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Student Outcome Assessments Methodology In Mechanical Engineering

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Conference

2007 Annual Conference & Exposition

Location

Honolulu, Hawaii

Publication Date

June 24, 2007

Start Date

June 24, 2007

End Date

June 27, 2007

ISSN

2153-5965

Conference Session

Meeting ABET Requirements

Tagged Division

Mechanical Engineering

Page Count

13

Page Numbers

12.1314.1 - 12.1314.13

Permanent URL

https://peer.asee.org/2445

Download Count

51

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Paper Authors

biography

Anne Spence University of Maryland-Baltimore County

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ANNE M. SPENCE is an Assistant Professor of Mechanical Engineering at UMBC and holds a Ph.D. in Aerospace Engineering. During her thirteen years as an engineering educator, she has developed curricula, directed programs to increase the recruitment and retention of women in engineering, and developed hands on engineering programs designed to foster an interest in engineering among elementary, middle and high school students. She manages a number of NSF grants related to engineering education.

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biography

Liang Zhu University of Maryland-Baltimore County

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LIANG ZHU is an Associate Professor of Mechanical Engineering at UMBC and holds a Ph.D. in Mechanical Engineering. Her research focuses on the effects of vascular geometry and blood perfusion on local heat transfer in microcirculation and the simulation of temperature fields in tissue during hyperthermia and hypothermia treatment for various diseases. Dr. Zhu was actively involved in the ABET data collection and analysis process.

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Abstract
NOTE: The first page of text has been automatically extracted and included below in lieu of an abstract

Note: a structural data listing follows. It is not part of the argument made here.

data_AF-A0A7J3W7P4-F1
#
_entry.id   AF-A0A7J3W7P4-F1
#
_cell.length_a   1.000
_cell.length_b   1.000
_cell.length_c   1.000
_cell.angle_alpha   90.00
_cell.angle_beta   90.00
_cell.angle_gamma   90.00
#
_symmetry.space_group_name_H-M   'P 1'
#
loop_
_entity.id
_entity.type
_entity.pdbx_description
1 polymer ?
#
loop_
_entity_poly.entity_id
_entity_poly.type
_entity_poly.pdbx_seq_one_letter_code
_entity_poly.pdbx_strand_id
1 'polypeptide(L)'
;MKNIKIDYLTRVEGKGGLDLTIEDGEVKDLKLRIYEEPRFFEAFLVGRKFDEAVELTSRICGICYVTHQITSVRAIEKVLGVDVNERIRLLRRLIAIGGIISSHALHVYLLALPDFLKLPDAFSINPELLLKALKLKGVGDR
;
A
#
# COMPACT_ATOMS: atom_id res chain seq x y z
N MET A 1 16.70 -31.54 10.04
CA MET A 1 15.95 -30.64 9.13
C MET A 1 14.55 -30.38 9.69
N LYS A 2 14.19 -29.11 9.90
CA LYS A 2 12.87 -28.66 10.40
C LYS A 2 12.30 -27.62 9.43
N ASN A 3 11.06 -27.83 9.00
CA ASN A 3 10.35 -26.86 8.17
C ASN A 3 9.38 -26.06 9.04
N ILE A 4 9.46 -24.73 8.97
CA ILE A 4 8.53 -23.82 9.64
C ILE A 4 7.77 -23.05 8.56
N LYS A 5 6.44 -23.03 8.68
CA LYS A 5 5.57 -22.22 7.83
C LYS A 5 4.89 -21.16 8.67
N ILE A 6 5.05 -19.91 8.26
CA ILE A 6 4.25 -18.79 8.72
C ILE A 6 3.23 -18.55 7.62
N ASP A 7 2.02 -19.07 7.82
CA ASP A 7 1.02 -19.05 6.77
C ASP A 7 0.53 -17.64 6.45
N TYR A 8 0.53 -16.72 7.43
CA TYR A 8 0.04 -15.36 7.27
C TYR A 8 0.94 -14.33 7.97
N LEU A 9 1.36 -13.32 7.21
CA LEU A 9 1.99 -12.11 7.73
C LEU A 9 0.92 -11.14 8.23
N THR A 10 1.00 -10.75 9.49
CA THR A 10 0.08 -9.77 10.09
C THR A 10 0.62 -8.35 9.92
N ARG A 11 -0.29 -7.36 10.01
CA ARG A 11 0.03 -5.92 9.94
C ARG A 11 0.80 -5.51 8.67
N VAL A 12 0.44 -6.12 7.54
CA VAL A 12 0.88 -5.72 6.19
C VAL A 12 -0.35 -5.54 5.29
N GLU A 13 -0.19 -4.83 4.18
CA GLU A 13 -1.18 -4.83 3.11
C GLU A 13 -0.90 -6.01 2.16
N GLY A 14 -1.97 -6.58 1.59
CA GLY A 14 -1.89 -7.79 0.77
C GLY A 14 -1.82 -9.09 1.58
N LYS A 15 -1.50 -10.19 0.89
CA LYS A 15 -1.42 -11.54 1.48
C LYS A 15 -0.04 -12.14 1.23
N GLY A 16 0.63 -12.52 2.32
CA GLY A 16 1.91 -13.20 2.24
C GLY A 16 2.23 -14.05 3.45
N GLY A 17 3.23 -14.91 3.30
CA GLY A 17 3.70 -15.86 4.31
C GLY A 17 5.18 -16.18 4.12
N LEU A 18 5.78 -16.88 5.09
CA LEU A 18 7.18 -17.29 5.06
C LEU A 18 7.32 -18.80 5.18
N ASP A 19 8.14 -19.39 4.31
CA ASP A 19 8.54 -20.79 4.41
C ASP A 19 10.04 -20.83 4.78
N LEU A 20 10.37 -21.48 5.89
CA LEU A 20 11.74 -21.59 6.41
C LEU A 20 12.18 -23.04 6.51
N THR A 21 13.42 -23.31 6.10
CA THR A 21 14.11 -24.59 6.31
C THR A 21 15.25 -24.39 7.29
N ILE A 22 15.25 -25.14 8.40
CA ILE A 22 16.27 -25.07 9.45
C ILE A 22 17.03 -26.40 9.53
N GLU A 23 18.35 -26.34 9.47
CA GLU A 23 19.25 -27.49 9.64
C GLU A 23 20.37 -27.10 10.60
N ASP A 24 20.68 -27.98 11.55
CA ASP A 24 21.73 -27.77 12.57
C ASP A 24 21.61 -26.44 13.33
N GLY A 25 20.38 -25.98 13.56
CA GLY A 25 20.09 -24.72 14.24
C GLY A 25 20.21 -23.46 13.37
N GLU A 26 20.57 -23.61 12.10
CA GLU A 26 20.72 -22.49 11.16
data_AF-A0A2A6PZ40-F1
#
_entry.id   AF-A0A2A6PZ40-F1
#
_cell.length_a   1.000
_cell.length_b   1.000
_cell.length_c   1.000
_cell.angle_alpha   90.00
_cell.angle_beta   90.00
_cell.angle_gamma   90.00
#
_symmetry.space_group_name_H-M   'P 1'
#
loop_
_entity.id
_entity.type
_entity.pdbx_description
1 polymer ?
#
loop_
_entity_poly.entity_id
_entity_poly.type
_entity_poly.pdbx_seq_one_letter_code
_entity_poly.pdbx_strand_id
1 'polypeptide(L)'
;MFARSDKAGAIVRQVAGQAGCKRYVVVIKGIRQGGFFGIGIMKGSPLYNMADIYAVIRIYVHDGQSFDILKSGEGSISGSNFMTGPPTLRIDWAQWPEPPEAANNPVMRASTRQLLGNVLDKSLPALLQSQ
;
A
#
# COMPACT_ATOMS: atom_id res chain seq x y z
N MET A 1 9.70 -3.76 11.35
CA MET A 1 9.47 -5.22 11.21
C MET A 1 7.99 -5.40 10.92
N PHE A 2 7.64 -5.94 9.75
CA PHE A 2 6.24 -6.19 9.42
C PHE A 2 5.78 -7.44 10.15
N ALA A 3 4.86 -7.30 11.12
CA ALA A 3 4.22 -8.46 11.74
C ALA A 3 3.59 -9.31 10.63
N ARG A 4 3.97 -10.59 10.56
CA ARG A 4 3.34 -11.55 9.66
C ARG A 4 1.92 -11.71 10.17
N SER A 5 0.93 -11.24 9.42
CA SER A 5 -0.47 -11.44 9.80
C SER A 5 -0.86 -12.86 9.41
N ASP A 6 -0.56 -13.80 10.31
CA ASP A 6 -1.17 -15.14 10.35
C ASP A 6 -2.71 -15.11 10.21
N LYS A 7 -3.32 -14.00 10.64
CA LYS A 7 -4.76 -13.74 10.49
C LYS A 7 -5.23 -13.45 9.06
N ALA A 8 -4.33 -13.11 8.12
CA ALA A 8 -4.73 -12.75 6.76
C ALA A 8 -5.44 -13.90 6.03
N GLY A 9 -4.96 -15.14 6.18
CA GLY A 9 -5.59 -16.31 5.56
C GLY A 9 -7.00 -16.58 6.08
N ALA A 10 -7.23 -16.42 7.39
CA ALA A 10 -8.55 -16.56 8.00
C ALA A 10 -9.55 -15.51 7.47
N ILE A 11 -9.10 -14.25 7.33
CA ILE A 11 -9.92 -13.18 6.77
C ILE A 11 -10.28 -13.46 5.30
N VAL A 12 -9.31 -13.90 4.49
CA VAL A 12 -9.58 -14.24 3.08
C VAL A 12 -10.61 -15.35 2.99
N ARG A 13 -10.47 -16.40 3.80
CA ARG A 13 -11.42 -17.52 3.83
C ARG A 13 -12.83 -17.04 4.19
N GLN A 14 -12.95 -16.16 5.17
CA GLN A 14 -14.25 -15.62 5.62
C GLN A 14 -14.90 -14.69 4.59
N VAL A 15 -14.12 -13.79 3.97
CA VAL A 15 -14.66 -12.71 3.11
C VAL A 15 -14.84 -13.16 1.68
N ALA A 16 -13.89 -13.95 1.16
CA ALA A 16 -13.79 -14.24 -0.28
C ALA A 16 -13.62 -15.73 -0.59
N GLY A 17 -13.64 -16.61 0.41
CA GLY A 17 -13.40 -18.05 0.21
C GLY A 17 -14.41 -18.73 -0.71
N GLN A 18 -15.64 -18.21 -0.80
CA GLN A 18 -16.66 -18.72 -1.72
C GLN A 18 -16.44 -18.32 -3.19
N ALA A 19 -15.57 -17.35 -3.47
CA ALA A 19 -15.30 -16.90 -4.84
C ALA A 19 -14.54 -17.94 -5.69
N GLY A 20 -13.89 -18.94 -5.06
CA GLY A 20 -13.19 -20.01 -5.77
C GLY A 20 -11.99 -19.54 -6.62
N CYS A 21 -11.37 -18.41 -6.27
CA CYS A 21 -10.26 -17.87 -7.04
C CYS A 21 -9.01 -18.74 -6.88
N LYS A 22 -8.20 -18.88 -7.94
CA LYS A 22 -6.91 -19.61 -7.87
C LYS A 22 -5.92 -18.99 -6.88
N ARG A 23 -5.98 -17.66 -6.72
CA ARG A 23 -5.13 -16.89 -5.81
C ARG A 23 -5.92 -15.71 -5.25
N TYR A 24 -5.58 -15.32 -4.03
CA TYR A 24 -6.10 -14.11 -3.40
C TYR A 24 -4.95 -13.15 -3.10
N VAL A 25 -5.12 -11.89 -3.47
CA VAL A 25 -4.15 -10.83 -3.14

Student Outcomes Assessment Methodology in Mechanical Engineering Introduction

For many years, mechanical engineering departments around the country have prepared for visits by the Accreditation Board for Engineering and Technology (ABET). Typically, the preparation for these visits and accompanying reports could be generated quickly and often by a single individual. The data that was collected was often referred to as “bean counting” as the number of credits in mathematics, physics, design, thermodynamics, etc. were simply counted and entered on a form. The evolution of the ABET 2000 Criteria has forced mechanical engineering departments to reconsider the age-old methods of evaluating the education that is provided to their students.

According to Lohmann1, one of the most important pieces of the process is to gather large amounts of data from a variety of sources. This provides a means to cross-check the outcomes. The United States Military Academy uses a Course Assessment Plan to collect and analyze data.2 This system relies on surveys and end of course grades to provide qualitative and quantitative assessments. Felder3 suggests that there are many ways to assess student learning and, ultimately, program outcomes, but both qualitative and quantitative methods should be employed. With all of these recommendations in mind, the Department of Mechanical Engineering at UMBC, developed a process to assess program outcomes that reinvigorated the course delivery and assessment process.

Methodology

As the reality of ABET 2000 criteria began to set in, the department began discussions centered around the mechanical engineering program outcomes – what students are expected to know and be able to do by the time of graduation. Old criteria simply required students to complete courses in specific areas, new criteria requires departments to identify specific outcomes related to the program. It was critical at this step to identify outcomes that could be both measurable and assessable. After much discussion, faculty chose to approve the outcomes identified by ABET as a-k and mechanical engineering outcomes l-o.

ABET Outcomes Our Mechanical Engineering graduates will have: (a) An ability to apply knowledge of mathematics, science, and engineering (b) An ability to design and conduct experiments, as well as to analyze and interpret data (c) An ability to design a system, component, or process to meet desired needs (d) An ability to function on multi-disciplinary teams (e) An ability to identify, formulate and solve engineering problems (f) An understanding of professional and ethical responsibility (g) An ability to communicate effectively

Spence, A., & Zhu, L. (2007, June), Student Outcome Assessments Methodology In Mechanical Engineering Paper presented at 2007 Annual Conference & Exposition, Honolulu, Hawaii. https://peer.asee.org/2445

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